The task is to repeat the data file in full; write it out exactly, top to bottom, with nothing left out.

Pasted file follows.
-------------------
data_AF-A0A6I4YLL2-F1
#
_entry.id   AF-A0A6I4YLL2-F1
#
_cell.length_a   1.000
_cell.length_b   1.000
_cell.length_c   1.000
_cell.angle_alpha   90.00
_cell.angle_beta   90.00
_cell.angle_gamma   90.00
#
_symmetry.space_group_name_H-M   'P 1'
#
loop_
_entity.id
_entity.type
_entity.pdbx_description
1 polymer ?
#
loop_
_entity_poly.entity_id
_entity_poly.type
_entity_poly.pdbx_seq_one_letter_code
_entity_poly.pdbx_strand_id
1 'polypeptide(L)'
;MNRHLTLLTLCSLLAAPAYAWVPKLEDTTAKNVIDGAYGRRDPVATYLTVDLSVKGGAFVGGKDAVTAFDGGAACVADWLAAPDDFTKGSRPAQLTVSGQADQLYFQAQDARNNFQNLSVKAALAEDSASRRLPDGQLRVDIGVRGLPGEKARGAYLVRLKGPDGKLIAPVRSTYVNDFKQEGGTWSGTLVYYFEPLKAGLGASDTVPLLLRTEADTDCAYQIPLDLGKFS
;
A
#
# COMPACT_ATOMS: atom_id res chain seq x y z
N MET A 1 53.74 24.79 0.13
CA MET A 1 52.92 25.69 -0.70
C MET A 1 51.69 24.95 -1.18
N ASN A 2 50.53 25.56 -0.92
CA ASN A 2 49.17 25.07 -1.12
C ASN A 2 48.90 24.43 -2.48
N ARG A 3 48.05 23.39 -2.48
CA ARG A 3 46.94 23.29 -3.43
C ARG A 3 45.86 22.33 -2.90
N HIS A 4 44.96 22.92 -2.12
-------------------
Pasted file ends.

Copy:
data_AF-A0A6I4YLL2-F1
#
_entry.id   AF-A0A6I4YLL2-F1
#
_cell.length_a   1.000
_cell.length_b   1.000
_cell.length_c   1.000
_cell.angle_alpha   90.00
_cell.angle_beta   90.00
_cell.angle_gamma   90.00
#
_symmetry.space_group_name_H-M   'P 1'
#
loop_
_entity.id
_entity.type
_entity.pdbx_description
1 polymer ?
#
loop_
_entity_poly.entity_id
_entity_poly.type
_entity_poly.pdbx_seq_one_letter_code
_entity_poly.pdbx_strand_id
1 'polypeptide(L)'
;MNRHLTLLTLCSLLAAPAYAWVPKLEDTTAKNVIDGAYGRRDPVATYLTVDLSVKGGAFVGGKDAVTAFDGGAACVADWLAAPDDFTKGSRPAQLTVSGQADQLYFQAQDARNNFQNLSVKAALAEDSASRRLPDGQLRVDIGVRGLPGEKARGAYLVRLKGPDGKLIAPVRSTYVNDFKQEGGTWSGTLVYYFEPLKAGLGASDTVPLLLRTEADTDCAYQIPLDLGKFS
;
A
#
# COMPACT_ATOMS: atom_id res chain seq x y z
N MET A 1 53.74 24.79 0.13
CA MET A 1 52.92 25.69 -0.70
C MET A 1 51.69 24.95 -1.18
N ASN A 2 50.53 25.56 -0.92
CA ASN A 2 49.17 25.07 -1.12
C ASN A 2 48.90 24.43 -2.48
N ARG A 3 48.05 23.39 -2.48
CA ARG A 3 46.94 23.29 -3.43
C ARG A 3 45.86 22.33 -2.90
N HIS A 4 44.96 22.92 -2.12